Merton's strain theory - 1
Merton’s Strain theory
Merton argues that people engage in deviant behaviour when they cannot achieve socially approved goals by legitimate means. His explanation combines
- Structural factors – society’s unequal opportunity structure
- Cultural factors – the strong emphasis on success goals and weaker emphasis on using legitimate means to achieve them.
Merton's strain theory - 2
The American Dream
Deviance is the result of a strain between the goals a culture encourages individuals to aim for and what the structure of society actually allows them to achieve legitimately.
- For example the American dream emphasises on money success. Americans are expected to pursue this goal by legitimate means – Education and hard work
- The ideology claims that American society is meritocratic. But in reality, poverty and discrimination blocks opportunities for many to achieve by legitimate means.
- The resulting strain between the cultural goal (money success) and the lack of legitimate opportunities produces frustration and a pressure to resort to illegitimate means.
The pressure is increased by the fact that American culture puts more emphasis on achieving success at any price than upon doing so by legitimate means. Winning the game is more important than playing by the rules.
Merton sees American society as tending towards ANOMIE – Normlessness in that the norms are too weak to restrain some people from using deviant means to achieve the materialistic goals that American culture sets them.
Merton's strain theory - 3
Deviant adaption to strain
Merton seeks to explain different patterns of deviance. He argues that an individual's position in the social structure affects how they adapt to the strain to anomie.
He identifies 5 adoptions
1. Conformity - Individuals accept the culturally approved goals and strive to achieve them legitimately.(The Middle Class)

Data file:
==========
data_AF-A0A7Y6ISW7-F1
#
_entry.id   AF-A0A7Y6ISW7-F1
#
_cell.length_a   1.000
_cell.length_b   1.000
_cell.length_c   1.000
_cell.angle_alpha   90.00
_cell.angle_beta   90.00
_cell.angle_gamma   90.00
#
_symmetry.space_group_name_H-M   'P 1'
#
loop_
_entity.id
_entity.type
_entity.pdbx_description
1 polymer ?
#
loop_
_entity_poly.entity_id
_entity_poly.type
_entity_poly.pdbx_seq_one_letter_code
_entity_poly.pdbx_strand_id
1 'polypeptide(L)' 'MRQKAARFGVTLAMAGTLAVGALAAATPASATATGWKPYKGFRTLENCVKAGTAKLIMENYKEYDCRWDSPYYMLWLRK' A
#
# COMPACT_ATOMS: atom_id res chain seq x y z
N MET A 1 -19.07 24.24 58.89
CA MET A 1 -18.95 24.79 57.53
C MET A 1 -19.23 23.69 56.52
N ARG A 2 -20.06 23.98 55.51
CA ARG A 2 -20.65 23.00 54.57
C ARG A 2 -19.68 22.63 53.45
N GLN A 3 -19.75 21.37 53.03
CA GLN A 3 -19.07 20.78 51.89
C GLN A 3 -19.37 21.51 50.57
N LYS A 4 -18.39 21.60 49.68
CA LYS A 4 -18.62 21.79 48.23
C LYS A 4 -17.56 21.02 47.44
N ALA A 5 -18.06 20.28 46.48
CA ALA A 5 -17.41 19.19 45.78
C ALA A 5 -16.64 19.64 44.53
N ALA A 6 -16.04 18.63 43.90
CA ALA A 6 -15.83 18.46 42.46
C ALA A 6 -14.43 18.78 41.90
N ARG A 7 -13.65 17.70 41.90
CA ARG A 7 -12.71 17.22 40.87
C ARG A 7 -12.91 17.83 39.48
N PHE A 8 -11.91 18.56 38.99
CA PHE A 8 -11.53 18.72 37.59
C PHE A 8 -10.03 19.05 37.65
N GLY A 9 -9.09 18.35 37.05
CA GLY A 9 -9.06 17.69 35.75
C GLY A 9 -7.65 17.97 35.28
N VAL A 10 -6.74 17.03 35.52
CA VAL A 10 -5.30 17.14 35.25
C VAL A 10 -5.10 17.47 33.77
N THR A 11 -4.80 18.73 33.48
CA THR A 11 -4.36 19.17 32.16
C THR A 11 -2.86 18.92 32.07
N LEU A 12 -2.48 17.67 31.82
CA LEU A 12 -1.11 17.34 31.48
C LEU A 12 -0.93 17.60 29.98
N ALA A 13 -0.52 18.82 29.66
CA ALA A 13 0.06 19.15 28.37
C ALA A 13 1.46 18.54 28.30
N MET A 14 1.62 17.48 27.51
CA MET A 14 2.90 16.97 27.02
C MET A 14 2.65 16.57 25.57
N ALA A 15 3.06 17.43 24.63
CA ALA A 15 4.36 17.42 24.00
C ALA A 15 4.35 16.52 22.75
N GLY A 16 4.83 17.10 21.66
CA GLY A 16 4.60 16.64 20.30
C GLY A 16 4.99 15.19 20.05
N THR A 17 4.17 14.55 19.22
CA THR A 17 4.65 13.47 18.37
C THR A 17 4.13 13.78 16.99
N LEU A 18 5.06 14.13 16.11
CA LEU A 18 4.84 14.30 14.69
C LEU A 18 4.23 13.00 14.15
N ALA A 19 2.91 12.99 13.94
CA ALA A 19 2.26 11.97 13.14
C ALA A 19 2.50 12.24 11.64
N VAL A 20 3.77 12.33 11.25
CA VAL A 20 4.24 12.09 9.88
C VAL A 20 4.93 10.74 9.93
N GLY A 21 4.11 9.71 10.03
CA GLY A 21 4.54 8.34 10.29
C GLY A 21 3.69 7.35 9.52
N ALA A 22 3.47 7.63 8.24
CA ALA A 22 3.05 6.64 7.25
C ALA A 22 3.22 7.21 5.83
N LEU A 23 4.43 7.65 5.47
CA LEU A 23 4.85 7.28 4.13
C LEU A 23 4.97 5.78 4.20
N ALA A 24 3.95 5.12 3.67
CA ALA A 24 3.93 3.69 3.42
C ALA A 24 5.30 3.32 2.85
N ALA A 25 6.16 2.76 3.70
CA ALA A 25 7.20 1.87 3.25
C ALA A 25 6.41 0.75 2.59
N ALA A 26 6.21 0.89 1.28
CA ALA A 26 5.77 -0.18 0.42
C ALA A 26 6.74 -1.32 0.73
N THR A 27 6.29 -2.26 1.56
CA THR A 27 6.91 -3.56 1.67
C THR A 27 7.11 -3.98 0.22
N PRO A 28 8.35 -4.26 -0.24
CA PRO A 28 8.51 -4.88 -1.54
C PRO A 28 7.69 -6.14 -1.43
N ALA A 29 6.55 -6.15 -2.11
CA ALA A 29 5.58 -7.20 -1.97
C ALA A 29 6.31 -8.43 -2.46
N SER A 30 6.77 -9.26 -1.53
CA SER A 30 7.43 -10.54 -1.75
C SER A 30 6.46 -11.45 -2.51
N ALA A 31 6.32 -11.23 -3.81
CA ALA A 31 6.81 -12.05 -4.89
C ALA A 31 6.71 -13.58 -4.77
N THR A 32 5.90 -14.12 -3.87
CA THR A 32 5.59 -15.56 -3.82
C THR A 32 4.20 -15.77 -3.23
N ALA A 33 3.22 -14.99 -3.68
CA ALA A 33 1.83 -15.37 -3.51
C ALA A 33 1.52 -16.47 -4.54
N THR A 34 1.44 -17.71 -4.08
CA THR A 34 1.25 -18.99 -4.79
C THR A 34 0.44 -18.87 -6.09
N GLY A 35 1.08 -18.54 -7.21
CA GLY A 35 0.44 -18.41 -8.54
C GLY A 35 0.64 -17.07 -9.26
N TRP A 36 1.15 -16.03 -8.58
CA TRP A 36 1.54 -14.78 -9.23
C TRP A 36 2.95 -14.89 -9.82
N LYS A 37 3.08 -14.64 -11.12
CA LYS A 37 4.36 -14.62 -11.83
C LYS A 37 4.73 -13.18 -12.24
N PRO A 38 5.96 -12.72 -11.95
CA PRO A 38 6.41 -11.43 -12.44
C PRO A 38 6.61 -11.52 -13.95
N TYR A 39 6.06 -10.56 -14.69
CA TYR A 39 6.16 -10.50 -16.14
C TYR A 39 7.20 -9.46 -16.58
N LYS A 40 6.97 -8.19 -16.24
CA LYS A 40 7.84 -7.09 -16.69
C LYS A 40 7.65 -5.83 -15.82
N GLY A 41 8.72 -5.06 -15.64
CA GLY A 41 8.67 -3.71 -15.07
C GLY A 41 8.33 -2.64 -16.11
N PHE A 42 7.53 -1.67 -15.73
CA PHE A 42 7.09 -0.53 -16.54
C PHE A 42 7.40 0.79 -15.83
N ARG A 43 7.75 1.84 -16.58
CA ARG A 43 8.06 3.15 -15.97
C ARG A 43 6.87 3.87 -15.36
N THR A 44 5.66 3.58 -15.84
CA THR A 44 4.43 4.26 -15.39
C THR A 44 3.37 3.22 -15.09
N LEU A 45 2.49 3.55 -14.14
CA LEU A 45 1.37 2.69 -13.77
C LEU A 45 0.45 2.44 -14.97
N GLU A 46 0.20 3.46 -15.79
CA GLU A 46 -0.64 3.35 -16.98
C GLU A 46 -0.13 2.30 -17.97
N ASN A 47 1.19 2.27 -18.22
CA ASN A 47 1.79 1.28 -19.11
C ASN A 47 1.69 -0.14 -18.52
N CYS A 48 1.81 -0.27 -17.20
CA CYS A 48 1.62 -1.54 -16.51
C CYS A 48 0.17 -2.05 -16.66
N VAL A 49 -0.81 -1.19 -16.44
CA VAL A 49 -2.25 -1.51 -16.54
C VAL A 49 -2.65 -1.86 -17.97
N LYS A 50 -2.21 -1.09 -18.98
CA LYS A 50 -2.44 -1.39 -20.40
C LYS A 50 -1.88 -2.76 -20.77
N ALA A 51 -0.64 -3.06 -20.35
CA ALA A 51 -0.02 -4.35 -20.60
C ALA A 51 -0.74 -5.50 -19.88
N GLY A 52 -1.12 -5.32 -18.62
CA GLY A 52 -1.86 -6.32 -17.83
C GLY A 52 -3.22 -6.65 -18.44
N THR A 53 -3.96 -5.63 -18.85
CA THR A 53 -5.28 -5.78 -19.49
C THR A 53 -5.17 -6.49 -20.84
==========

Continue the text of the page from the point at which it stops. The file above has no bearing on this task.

2. Innovation - Individuals accept the money success goals but use illegitimate mean to achieve them. E.g. Theft. This is typical of those who lack legitimate opportunities. (The Working Class)
3. Ritualism - Individuals give up on the goal, but have internalised the legitimate means and follow the rules of their own sake. (The Lower Middle Class)
4. Retreatism - Individuals reject both goals and legitimate means and drop out of society. (Addicts, Vagrants etc)
5. Rebellion - individuals replace existing goals and means with new ones with the aim of brining about social change. (Political Radicals)
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Strengths of Merton’s approach
Merton shows how both normal and deviant behaviour can arise from the same mainstream goals. Conformist and innovators both purse the same goal, but by different means. He explain the patterns shown in official statistics:
- Most crime is property crime because American society value material wealth so highly.
- Working class crime rates are higher because they have the least opportunity to obtain them.
- Merton’s theory has been criticised on several grounds. It takes official crime statistics at face value. It is too deterministic; not all working class people deviate.
- It ignores power of the ruling class to make and enforce the laws.
Subculture strain theory
Subculture stain theories both criticise Merton’s theory and build on it. They see deviance as the product of delinquent subcultures. These subcultures offer their lower-class members a solution to the problem of how to gain the status they cannot achieve by legitimate means.